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Czech, Polish and Hungarian movies make BBC list of ‘Greatest Films Directed by Women’

Budapest, Hungary – One Czech, one Polish and two Hungarian movies have been included on BBC Culture’s list of the 100 greatest films directed by women, with Věra Chytilová’s 1966 classic Daisies making the Top 10.

Jane Campion’s The Piano (1993) was voted as the greatest film directed by a woman, in front of Agnès Varda’s Cléo from 5 to 7 (1962) and Jeanne Dielman, 23 Quai du Commerce, 1080 Bruxelles by Chantal Akerman (1975).

Nearly 800 films were nominated and voted for by a panel of 368 film experts who came from 84 countries – including critics, journalists, festivals programmers and movie academics. With each voter listing their 10 favourite films directed by women, BBC Culure aimed to create a gender-balanced poll composed of 185 female voters, 181 male voters, one non-binary person, and one who preferred not to say.

Here are the four Central European movies and filmmakers that made the list:

97. Adoption, by Márta Mészáros (1975) – Hungary

adoption-hungary-márta-mészáros

A little gem from the 1970’s directed by Márta Mészáros, Hungarian drama ‘Adoption’ revolves around Kata, a 43-year-old single factory worker, and Anna, a teenage schoolgirl abandoned by her parents at the age of six, and the growing, multi-faceted bond that starts forming between the two women. ‘Adoption’ went on to be nominated as Hungary’s entry for the Foreign Language Movie Academy Award, and won the Golden Bear at the 25th Berlin International Film Festival. Born in 1931, Márta Mészáros is also known for Diary of my Children (1984) and The Last Report on Anna (2009).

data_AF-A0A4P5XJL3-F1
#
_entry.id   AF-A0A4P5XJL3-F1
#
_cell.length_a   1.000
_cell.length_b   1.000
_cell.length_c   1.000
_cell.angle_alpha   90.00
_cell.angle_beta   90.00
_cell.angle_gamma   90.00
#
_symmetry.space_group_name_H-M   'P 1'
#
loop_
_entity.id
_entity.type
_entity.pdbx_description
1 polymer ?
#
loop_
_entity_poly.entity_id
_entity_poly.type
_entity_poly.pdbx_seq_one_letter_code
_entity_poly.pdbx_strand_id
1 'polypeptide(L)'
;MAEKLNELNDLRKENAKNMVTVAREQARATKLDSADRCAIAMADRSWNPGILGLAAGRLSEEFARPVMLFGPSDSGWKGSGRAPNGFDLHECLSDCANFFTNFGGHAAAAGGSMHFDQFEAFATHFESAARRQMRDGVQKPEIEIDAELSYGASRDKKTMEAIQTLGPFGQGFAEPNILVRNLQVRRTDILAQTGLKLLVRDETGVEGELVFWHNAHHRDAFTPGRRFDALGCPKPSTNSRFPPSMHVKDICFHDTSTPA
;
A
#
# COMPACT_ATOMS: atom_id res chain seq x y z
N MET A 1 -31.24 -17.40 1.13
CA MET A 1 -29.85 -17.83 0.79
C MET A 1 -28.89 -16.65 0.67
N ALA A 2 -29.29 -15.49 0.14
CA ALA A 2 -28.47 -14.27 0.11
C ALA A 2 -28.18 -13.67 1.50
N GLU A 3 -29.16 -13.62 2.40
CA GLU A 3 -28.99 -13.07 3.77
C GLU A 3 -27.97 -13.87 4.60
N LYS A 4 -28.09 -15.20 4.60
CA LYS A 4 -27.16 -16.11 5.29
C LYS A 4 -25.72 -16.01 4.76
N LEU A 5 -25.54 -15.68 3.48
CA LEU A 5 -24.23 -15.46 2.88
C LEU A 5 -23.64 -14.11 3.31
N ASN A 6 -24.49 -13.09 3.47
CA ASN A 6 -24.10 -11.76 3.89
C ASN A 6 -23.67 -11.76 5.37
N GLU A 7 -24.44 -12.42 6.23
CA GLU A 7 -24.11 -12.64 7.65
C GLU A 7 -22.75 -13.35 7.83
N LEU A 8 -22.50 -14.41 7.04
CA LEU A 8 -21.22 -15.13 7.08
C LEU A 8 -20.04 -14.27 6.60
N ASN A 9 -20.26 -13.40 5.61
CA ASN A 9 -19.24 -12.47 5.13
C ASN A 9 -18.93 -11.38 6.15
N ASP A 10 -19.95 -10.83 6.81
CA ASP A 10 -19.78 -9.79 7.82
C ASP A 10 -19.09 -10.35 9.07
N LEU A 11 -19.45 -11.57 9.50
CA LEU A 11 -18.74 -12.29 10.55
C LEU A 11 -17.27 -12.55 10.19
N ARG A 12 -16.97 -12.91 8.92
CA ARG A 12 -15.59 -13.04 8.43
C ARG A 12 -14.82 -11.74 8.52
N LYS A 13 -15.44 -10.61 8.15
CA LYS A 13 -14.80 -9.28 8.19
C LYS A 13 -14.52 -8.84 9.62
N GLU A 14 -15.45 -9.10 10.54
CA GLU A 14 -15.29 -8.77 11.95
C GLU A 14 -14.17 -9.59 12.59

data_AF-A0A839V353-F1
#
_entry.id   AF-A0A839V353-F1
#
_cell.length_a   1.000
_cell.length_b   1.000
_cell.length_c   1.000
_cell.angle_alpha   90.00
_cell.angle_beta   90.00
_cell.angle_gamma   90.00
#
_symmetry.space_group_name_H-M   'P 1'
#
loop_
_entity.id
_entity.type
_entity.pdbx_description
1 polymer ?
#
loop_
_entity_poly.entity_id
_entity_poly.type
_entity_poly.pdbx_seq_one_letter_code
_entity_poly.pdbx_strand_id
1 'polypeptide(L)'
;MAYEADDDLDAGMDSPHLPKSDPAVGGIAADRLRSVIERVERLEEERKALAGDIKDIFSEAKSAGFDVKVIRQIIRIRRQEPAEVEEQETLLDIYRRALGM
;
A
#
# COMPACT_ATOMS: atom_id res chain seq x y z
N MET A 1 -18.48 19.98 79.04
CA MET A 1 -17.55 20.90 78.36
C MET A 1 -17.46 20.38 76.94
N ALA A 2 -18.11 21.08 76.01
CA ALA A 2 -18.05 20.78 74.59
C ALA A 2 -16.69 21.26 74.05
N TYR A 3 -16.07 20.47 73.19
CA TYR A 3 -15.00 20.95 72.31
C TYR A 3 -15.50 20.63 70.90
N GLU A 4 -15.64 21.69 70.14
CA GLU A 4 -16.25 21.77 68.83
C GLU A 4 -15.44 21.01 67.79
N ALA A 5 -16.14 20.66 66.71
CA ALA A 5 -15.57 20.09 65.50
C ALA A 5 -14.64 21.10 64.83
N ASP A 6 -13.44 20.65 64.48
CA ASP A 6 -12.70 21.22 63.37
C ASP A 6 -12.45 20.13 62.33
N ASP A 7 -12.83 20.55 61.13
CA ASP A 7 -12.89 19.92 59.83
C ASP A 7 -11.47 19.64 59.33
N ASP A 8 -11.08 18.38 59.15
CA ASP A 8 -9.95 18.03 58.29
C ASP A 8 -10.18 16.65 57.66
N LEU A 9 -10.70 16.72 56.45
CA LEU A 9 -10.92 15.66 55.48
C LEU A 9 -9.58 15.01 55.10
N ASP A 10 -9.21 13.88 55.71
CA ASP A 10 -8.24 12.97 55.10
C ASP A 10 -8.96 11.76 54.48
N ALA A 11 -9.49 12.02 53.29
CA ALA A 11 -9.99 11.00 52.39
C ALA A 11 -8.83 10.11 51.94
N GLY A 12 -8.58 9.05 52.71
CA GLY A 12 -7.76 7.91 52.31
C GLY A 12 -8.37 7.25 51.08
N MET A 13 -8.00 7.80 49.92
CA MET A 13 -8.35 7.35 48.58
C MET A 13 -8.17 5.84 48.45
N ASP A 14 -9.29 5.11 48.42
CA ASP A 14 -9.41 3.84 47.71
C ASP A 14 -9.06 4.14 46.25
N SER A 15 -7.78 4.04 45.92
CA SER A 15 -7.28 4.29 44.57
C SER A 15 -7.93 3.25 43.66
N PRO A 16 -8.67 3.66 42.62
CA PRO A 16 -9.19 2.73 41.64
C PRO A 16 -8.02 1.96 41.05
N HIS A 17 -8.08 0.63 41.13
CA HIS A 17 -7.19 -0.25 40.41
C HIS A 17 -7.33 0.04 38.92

73. On Body and Soul, by Ildikó Enyedi (2017) – Hungary

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An incredibly moving story celebrated by critics and moviegoers all around the world, Idliko Enyedi’s On Body and Soul tells the cathartic tale of Endre, the manager of a small slaughterhouse on the outskirts of Budapest, and Maria, the enigmatic and cryptic quality-control inspector – two outcasts whose lives and existences become increasingly intertwined. ‘On Body and Soul’ was nominated for the Academy Award of Best Foreign Language Film 2018, confirming Enyedi’s place as one of the most prominent contemporary filmmakers in Hungary. Her next movie, The Story of my Wife, based on Milan Fust’s novel and starring Lea Seydoux, is due to come out next year.

72. Europa Europa, by Agnieszka Holland (1990) – Poland

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Arguably the most well-known female filmmaker from Central Europe Agnieszka Holland’s 1990 masterpiece Europa Europa has also made it on the BBC’s list. Nominated for the Academy Award in the Best Screenplay category, ‘Europa Europa’ follows the incredible adventure – inspired by real events – of a young Jewish boy who, separated from the rest of his family at the beginning of World War II, poses as a German orphan and eventually goes on to join the Hitler Youth. Agnieszka Holland has written and directed more than 50 movies over the course of her incredibly prolific career, more recently directing several episodes of Netflix’s dystopian TV-series ‘1983’.

6. Daisies, by Věra Chytilová (1966) – Czech Republic

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“Today it is clear that Daisies, a collaborative effort of the finest artists in the Czechoslovak New Wave, with avant-garde montages, beautiful set design and superb photography, was among the best films to come out of that decade”, writes film critic Hynek Pallas.

One of the first feature films directed by filmmaker Věra Chytilová at the height of the Czechoslovak New Wave in the 1960’s, ‘Daisies’ tells the gripping stories of two teenage girls, both named Marie, who embark on a freewheeling destructive path to spoil the world and environment they live in. Perceived as an unabashed and farcical criticism of the regime and embodiment of the Prague Spring, that would erupt two years later, the movie was immediately banned by censors and Věra Chytilová, widely seen as one of the most influential Czech avant-garde directors, forbidden to work for several years after its release.

Interviewed by Czech Radio, film critic Hynek Pallas argues that “Daisies is still revolutionary today, because the norms that it confronts in society still have more than a ring of truth in today’s society”.

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